The housing market sounded a now-familiar refrain, sinking in October under the weight of rising mortgage rates.
Average home prices in the nation’s largest metropolitan areas are still well above where they were a year ago, but their growth is decelerating. The S&P CoreLogic Case-Shiller U.S. National Home Price NSA Index fell 0.5 percent from September to a 9.2 percent annual gain in October.
October was the fourth consecutive month with a decline after all regions included in the 20-city composite reported decreases.
Prices have weakened while mortgage rates have surged following major interest rate hikes in the Federal Reserve’s efforts to tackle inflation. Mortgage rates are beginning to come down, but are still around double from earlier this year and prices aren’t expected to strengthen anytime soon.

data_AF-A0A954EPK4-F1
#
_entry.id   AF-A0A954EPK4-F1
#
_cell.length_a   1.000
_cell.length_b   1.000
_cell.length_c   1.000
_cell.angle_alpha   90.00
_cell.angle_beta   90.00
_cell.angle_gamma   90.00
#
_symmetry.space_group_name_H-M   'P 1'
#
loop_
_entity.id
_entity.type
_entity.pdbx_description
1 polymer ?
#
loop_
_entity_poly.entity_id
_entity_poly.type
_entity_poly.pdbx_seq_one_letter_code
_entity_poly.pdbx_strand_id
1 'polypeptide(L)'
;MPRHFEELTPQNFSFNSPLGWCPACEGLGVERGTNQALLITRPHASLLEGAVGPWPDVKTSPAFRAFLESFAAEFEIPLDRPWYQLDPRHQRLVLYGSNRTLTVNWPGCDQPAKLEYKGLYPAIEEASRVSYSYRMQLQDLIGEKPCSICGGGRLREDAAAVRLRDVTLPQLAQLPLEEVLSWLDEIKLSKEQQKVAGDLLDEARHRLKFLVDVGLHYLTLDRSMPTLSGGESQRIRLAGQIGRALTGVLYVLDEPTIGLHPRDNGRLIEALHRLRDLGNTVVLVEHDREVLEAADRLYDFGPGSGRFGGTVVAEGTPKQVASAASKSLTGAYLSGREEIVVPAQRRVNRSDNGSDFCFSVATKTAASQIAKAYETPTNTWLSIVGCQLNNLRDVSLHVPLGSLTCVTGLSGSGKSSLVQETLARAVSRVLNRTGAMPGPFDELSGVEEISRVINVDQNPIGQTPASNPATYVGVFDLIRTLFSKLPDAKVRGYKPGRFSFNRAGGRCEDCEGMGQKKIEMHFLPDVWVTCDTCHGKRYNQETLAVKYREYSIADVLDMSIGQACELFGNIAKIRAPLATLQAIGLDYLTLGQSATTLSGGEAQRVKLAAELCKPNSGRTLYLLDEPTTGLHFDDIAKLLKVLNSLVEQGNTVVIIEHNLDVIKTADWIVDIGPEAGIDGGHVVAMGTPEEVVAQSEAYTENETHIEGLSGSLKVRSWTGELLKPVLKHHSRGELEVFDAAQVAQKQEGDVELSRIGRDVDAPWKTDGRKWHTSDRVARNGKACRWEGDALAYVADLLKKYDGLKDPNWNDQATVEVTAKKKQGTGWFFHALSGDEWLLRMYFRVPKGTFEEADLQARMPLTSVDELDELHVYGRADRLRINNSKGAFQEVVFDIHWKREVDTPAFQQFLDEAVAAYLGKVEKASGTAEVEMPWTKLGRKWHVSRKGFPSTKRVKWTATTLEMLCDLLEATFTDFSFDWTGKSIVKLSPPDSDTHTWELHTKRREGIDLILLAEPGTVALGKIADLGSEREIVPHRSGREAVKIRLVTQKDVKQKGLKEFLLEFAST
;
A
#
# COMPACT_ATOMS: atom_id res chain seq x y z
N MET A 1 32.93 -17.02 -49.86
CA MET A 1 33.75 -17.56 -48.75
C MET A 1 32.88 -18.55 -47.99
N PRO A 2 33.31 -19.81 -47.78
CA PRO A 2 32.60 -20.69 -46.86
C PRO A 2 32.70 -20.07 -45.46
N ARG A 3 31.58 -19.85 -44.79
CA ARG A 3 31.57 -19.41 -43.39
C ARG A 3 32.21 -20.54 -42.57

The highest annual growth took place in the South and Southeast, more than doubling gains made in the Northeast, Midwest and West.
Two Florida cities were again the biggest year-to-year winners. Prices in Miami and Tampa increased by 21 percent and 20.5 percent year-over-year, respectively. Both of those cities were closer to recording 25 percent annual increases in September, however, showing how growth is slowing in the country’s hottest housing markets.
The weakest housing markets in October, meanwhile, were in San Francisco and Seattle. The former still boasted a year-over-year gain in prices, but it was by an uninspiring 0.6 percent. Prices in San Francisco have declined more than 10 percent since peaking in May.
The Case-Shiller Index uses a three-month moving average to determine monthly prices. The latest report, for October, uses data from sales that closed starting in August.